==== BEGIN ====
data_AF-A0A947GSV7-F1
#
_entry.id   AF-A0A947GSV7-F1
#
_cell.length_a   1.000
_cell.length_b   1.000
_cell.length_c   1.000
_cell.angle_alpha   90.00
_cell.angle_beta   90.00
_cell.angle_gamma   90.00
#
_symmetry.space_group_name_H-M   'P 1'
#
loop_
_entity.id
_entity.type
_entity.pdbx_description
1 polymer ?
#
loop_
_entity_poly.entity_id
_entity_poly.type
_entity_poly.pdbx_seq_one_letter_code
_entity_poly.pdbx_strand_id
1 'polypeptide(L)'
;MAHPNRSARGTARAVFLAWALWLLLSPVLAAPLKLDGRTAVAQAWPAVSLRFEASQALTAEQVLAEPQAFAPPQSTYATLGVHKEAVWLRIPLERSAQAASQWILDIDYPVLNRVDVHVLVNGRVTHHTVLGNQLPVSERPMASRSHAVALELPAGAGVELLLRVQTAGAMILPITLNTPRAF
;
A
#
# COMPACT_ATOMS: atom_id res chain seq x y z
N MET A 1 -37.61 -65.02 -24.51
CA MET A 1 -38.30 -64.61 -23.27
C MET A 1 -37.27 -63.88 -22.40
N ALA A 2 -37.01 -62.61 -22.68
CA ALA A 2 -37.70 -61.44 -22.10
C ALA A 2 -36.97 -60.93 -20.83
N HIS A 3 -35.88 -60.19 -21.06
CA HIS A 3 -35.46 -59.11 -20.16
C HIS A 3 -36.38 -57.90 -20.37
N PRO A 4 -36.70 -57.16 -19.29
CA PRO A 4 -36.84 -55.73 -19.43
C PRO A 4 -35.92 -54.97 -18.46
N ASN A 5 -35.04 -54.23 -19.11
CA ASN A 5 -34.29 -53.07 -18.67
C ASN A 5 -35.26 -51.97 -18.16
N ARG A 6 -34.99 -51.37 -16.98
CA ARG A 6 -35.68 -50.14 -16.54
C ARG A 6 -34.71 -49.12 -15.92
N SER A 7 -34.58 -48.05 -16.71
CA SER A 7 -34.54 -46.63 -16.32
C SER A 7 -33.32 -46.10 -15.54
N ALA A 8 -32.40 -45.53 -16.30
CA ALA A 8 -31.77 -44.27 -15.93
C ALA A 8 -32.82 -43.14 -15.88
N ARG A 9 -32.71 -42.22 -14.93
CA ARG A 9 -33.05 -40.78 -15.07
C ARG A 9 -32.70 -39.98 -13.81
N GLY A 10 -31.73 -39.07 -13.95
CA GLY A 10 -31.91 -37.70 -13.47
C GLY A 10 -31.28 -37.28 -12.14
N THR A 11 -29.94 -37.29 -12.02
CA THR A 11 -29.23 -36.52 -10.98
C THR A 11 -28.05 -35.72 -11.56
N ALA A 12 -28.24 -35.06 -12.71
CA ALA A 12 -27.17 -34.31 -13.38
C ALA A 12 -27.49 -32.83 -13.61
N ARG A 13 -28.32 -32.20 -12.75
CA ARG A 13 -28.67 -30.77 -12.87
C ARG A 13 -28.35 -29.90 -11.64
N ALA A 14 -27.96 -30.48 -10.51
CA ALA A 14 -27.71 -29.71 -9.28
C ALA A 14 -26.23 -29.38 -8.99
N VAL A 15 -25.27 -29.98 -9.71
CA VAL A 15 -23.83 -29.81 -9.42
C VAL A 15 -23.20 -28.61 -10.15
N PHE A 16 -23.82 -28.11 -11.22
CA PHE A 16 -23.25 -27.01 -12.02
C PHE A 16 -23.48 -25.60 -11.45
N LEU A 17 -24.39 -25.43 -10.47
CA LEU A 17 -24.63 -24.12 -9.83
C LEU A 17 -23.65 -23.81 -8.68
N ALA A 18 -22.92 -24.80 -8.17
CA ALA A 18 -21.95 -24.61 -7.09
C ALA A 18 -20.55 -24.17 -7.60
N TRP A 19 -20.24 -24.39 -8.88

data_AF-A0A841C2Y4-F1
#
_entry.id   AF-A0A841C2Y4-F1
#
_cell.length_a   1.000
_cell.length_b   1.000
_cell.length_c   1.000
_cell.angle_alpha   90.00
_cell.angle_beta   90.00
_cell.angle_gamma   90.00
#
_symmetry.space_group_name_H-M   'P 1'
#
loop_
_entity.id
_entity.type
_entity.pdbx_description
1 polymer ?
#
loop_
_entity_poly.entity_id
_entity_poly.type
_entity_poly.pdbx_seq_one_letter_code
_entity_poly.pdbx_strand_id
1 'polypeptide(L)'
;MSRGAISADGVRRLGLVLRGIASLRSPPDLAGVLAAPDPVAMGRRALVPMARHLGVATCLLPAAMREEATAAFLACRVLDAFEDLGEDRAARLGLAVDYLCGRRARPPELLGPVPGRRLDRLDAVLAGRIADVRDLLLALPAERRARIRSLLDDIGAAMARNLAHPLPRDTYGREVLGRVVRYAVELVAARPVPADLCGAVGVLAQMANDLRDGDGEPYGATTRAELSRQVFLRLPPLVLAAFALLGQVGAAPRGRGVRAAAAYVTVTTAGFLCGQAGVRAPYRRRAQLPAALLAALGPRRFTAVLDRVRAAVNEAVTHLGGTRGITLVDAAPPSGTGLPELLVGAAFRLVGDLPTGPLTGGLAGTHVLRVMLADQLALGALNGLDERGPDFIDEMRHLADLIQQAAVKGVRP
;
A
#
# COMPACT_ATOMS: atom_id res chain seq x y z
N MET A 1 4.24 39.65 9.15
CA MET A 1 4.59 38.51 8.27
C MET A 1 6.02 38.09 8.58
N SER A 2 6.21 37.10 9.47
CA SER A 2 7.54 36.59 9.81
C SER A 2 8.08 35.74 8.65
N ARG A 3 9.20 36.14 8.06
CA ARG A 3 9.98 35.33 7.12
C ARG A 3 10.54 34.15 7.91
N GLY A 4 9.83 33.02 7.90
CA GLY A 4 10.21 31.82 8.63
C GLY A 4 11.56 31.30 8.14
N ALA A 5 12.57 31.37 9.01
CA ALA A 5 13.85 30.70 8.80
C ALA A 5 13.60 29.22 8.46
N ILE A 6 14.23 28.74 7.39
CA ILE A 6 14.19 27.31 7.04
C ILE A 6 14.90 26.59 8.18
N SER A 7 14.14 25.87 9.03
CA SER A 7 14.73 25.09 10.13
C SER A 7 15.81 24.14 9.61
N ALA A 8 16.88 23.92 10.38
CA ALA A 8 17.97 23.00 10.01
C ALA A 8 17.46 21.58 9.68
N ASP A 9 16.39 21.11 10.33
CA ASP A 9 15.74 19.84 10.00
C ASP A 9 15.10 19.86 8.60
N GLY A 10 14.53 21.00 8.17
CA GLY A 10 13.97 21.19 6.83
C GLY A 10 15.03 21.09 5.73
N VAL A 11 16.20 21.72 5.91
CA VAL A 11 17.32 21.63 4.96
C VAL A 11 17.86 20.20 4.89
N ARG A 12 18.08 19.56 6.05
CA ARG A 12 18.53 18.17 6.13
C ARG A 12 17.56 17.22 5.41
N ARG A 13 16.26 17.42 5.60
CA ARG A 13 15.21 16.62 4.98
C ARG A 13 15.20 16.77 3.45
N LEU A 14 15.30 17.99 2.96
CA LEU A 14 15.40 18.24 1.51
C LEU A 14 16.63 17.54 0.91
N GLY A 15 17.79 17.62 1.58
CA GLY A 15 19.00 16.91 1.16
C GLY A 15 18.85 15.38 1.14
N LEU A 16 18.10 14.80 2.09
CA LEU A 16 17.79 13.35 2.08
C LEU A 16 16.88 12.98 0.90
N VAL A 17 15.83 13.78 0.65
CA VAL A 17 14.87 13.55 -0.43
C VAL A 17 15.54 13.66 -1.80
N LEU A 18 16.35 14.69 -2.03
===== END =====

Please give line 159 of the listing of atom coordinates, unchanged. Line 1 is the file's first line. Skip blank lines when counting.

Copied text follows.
CA GLY A 15 19.00 16.91 1.16